By Claire McDonnell Liu, Nutritionist at Leafie.org
Most Australians, around four out of five of us, eat highly processed junk foods every day according to CSIRO Healthy Diet Score survey.
By the time food reaches our plate most has been processed in some way. Health advice agrees, we must eat less processed food for our longterm health but the term ‘processed’ is a confusingly broad.
Some foods are much more processed than others. A bag of salad or peeled and pre-cut carrot sticks count as processed foods but they remain close to their natural state, they have only been minimally processed for convenience or to preserve freshness. The concern isn’t over minimally processed foods, like the cut carrots, frozen peas or tinned tomatoes, but over ultra-processed foods (UPF).
Australians eat an enormous amounts of ultra-processed convenience foods, and now class many of them as family staples, including cereals, pasta, sizzlers, sweetened drinks, cooking sauces and much more. In fact research shows that more than half of family foods are ultra-processed.
What is Food Processing?
Food processing itself is not the problem. We have been processing food for over a million years, to make foods more nutritious, long-lasting, edible and tasty. Drying, fermenting, chopping, crushing, cooking, soaking and other techniques allowed our ancestors to live in diverse habitats, develop settlements and survive through periods of food decline and regrowth.
Ultra-processed foods usually involve multiple processes that can’t be recreated at home, such as hydrogenation, extrusion, moulding and pre-processing. They contain five or more ingredients, provide little to no nutritional value and the original ingredients don’t look like their natural ingredients. For example tinned sweetcorn is minimally processed, whereas ultra-processed corn tortillas, corn chips and cereals are far removed from the original corn.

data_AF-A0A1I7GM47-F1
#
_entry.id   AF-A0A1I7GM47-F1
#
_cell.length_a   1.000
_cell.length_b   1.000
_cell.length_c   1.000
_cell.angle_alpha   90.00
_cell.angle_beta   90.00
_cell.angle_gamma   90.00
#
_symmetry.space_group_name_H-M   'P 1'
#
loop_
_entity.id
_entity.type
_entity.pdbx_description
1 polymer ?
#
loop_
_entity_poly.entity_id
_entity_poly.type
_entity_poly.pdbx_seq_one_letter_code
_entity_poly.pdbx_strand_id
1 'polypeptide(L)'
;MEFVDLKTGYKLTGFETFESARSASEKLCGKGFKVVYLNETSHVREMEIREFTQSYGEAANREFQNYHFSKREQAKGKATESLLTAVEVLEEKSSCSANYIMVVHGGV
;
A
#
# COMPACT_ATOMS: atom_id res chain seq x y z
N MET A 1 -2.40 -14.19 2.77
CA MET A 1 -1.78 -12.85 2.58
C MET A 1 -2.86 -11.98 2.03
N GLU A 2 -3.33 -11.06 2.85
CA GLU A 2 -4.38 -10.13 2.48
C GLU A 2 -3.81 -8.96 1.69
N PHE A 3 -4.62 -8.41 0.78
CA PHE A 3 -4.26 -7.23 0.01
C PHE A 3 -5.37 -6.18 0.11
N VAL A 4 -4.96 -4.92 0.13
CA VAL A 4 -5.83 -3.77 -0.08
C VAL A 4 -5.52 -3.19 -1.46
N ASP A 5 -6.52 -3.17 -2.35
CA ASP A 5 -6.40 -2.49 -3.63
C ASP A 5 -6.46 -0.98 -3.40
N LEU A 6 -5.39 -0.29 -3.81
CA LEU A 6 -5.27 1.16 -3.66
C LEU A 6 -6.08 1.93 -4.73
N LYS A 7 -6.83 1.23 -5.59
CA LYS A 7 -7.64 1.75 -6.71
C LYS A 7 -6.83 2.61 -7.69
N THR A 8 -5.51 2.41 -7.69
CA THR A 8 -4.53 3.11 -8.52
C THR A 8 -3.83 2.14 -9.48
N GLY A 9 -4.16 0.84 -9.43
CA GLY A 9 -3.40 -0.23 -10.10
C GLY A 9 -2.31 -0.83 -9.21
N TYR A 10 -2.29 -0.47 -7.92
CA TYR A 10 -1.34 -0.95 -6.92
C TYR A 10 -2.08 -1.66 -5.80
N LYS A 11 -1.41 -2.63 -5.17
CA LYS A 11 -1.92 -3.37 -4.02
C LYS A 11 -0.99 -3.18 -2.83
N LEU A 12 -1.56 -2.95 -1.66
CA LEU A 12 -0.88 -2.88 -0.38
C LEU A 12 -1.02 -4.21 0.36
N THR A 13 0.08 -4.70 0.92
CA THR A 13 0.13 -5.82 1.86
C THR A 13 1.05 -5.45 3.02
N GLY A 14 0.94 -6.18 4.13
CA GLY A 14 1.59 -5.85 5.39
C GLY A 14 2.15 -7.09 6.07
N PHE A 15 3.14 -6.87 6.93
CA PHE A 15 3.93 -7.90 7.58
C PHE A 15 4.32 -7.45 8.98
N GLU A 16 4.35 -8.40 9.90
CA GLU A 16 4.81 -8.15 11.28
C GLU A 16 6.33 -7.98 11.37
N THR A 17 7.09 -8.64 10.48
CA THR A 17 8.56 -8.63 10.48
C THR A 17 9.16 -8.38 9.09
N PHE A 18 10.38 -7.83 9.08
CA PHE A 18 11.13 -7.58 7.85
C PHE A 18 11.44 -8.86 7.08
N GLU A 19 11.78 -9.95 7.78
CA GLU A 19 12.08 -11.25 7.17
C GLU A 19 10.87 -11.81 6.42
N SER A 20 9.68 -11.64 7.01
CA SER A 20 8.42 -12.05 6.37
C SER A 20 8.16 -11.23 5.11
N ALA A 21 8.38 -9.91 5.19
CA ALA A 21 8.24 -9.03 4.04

They are often cheap to produce at scale, are designed to last, are convenient to transport, serve and eat, and are engineered to taste delicious. These foods are awful for our health, research links them to weight gain, obesity, heart disease, stroke, type-2 diabetes, cancers, depression and death.
Junk Food Explosion
Families trying to cut down or avoid altogether have their work cut out. Junk food availability has dramatically increased over years, from a few hundred items in the 1960s to tens of thousands now available.
Supermarkets devote many isles to convenience, such as cereals, sweetened drink, cakes, pastries, ready meals, jar sauces, dips, meat products, margarines etc. In fact ultra-processed convenience foods make up the great majority of food and drink products available in many food stores.
Convenience foods are designed to appeal, with attractive packaging, intensive and at times unscrupulous marketing. Added sugar, additives, preservatives, flavourings, poor quality fats and textures engineered to make them highly tempting. Whilst the ‘Big Food’ industry employs highly aggressive marketing and lobbying to ensure the prevalence of their products.
Campaigner and former Registered Nurse, Belinda Fettke, shares here research into food industry tactics.
Belinda Fettke ‘Nutritional Science: How did we get here?
Our new normal of convenience foods on a regular or daily basis has the potential to cause hormonal, gut bacteria and metabolic disfunction that could lead to serious health consequences over time.
These foods are often nutritionally depleted and are made with excessive added sugar, salt, additives, preservatives, and poor quality fats. Eating convenience foods regularly may displace eating fresh whole nutrient dense foods, which may leave the body unsatisfied and potentially malnourished over time. While specific industrially produced ingredients and food additives have also been linked to inflammation and wider health issues.
But it is not only the poor nutrient profile or the cocktail of high sugar, salt, industrial fats and additives. Many junk foods are made from highly refined carbohydrates, as well as added sugar. Both these fast-acting carbohydrates can quickly elevate glucose and insulin hormones causing unstable blood sugar levels, particularly as they lack nutrients and fibre that would slow their breakdown. Unstable blood sugar levels can result in irritability, fatigue, headaches, brain fog and cravings for even more sugary and high carb foods.
This modern avalanche of convenience foods is a huge factor in the increase in preventable disease. Changed social norms, aggressive marketing, food industry lobbying and the overwhelming availability of accessible junk foods makes for a perfect storm. Leaving concerned individuals and families with an uphill battle to refrain from quick food fixes long term.